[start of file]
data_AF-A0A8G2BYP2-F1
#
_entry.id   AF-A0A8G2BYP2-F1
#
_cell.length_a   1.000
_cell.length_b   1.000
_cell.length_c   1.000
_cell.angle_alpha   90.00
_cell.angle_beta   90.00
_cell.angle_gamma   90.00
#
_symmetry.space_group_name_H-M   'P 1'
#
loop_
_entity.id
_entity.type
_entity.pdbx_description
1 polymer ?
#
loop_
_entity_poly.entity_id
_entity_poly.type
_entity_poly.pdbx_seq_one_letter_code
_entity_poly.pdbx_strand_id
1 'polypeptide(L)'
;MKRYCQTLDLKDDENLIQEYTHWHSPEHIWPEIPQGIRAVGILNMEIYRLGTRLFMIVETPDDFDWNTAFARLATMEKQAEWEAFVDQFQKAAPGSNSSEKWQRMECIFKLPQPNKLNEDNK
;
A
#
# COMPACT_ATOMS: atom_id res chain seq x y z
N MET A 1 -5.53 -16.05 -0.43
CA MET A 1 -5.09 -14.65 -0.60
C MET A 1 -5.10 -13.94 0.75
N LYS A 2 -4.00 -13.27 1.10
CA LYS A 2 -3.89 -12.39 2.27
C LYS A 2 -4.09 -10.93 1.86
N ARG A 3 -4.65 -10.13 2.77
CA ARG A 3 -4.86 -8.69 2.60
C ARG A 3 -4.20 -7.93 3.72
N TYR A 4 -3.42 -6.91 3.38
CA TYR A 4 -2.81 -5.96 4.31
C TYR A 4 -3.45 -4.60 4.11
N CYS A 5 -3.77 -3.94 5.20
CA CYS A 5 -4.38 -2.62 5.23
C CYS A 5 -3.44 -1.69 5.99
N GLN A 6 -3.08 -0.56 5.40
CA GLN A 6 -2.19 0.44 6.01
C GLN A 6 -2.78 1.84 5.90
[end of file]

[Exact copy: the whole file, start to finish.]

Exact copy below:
data_AF-A0A8G2BYP2-F1
#
_entry.id   AF-A0A8G2BYP2-F1
#
_cell.length_a   1.000
_cell.length_b   1.000
_cell.length_c   1.000
_cell.angle_alpha   90.00
_cell.angle_beta   90.00
_cell.angle_gamma   90.00
#
_symmetry.space_group_name_H-M   'P 1'
#
loop_
_entity.id
_entity.type
_entity.pdbx_description
1 polymer ?
#
loop_
_entity_poly.entity_id
_entity_poly.type
_entity_poly.pdbx_seq_one_letter_code
_entity_poly.pdbx_strand_id
1 'polypeptide(L)'
;MKRYCQTLDLKDDENLIQEYTHWHSPEHIWPEIPQGIRAVGILNMEIYRLGTRLFMIVETPDDFDWNTAFARLATMEKQAEWEAFVDQFQKAAPGSNSSEKWQRMECIFKLPQPNKLNEDNK
;
A
#
# COMPACT_ATOMS: atom_id res chain seq x y z
N MET A 1 -5.53 -16.05 -0.43
CA MET A 1 -5.09 -14.65 -0.60
C MET A 1 -5.10 -13.94 0.75
N LYS A 2 -4.00 -13.27 1.10
CA LYS A 2 -3.89 -12.39 2.27
C LYS A 2 -4.09 -10.93 1.86
N ARG A 3 -4.65 -10.13 2.77
CA ARG A 3 -4.86 -8.69 2.60
C ARG A 3 -4.20 -7.93 3.72
N TYR A 4 -3.42 -6.91 3.38
CA TYR A 4 -2.81 -5.96 4.31
C TYR A 4 -3.45 -4.60 4.11
N CYS A 5 -3.77 -3.94 5.20
CA CYS A 5 -4.38 -2.62 5.23
C CYS A 5 -3.44 -1.69 5.99
N GLN A 6 -3.08 -0.56 5.40
CA GLN A 6 -2.19 0.44 6.01
C GLN A 6 -2.78 1.84 5.90